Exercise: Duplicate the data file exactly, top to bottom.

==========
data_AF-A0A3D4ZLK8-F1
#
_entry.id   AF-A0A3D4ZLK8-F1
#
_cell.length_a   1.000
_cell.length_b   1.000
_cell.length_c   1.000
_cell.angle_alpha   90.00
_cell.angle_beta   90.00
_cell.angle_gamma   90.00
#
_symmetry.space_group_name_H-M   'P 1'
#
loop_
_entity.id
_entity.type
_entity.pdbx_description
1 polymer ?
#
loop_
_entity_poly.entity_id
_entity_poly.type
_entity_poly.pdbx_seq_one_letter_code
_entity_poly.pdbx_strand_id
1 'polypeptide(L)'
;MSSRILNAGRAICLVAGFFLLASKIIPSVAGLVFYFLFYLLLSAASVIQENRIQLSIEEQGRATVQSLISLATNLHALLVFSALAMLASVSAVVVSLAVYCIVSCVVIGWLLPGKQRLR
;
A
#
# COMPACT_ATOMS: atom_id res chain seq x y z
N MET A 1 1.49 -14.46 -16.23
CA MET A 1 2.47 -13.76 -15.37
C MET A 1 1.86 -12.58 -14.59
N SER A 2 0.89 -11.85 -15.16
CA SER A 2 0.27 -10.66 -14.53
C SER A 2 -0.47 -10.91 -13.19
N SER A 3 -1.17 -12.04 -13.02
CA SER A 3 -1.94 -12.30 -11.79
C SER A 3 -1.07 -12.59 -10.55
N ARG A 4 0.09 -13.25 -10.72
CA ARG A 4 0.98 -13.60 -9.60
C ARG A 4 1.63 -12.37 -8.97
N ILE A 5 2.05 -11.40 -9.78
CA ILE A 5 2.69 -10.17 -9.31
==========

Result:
data_AF-A0A3D4ZLK8-F1
#
_entry.id   AF-A0A3D4ZLK8-F1
#
_cell.length_a   1.000
_cell.length_b   1.000
_cell.length_c   1.000
_cell.angle_alpha   90.00
_cell.angle_beta   90.00
_cell.angle_gamma   90.00
#
_symmetry.space_group_name_H-M   'P 1'
#
loop_
_entity.id
_entity.type
_entity.pdbx_description
1 polymer ?
#
loop_
_entity_poly.entity_id
_entity_poly.type
_entity_poly.pdbx_seq_one_letter_code
_entity_poly.pdbx_strand_id
1 'polypeptide(L)'
;MSSRILNAGRAICLVAGFFLLASKIIPSVAGLVFYFLFYLLLSAASVIQENRIQLSIEEQGRATVQSLISLATNLHALLVFSALAMLASVSAVVVSLAVYCIVSCVVIGWLLPGKQRLR
;
A
#
# COMPACT_ATOMS: atom_id res chain seq x y z
N MET A 1 1.49 -14.46 -16.23
CA MET A 1 2.47 -13.76 -15.37
C MET A 1 1.86 -12.58 -14.59
N SER A 2 0.89 -11.85 -15.16
CA SER A 2 0.27 -10.66 -14.53
C SER A 2 -0.47 -10.91 -13.19
N SER A 3 -1.17 -12.04 -13.02
CA SER A 3 -1.94 -12.30 -11.79
C SER A 3 -1.07 -12.59 -10.55
N ARG A 4 0.09 -13.25 -10.72
CA ARG A 4 0.98 -13.60 -9.60
C ARG A 4 1.63 -12.37 -8.97
N ILE A 5 2.05 -11.40 -9.78
CA ILE A 5 2.69 -10.17 -9.31